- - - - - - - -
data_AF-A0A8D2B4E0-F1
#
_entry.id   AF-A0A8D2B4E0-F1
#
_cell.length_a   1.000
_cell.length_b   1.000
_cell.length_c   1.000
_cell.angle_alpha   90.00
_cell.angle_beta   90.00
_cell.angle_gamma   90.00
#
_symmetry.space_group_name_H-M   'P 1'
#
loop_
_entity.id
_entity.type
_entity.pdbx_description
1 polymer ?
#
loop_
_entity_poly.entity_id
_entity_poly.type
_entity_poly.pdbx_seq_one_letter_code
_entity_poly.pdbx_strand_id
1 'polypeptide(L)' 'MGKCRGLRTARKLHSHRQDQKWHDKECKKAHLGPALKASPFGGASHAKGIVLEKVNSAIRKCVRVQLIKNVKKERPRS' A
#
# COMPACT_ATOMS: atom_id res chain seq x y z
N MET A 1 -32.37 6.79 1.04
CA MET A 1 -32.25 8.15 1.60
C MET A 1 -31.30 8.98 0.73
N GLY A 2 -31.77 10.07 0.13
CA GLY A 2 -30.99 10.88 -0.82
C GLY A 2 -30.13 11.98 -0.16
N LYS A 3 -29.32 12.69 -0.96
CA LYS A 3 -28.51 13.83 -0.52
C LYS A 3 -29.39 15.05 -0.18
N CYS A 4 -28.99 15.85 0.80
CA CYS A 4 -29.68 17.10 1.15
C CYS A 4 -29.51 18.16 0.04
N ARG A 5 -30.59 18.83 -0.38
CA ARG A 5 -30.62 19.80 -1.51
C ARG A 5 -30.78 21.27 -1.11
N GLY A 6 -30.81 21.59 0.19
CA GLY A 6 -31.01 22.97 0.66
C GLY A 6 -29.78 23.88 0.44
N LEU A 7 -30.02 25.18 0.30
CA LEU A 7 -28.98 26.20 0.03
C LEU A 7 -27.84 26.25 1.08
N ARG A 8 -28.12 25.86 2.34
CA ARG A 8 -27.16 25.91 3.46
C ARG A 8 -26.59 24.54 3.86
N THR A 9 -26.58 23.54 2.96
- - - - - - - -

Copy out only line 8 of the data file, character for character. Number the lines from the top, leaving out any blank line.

_cell.angle_alpha   90.00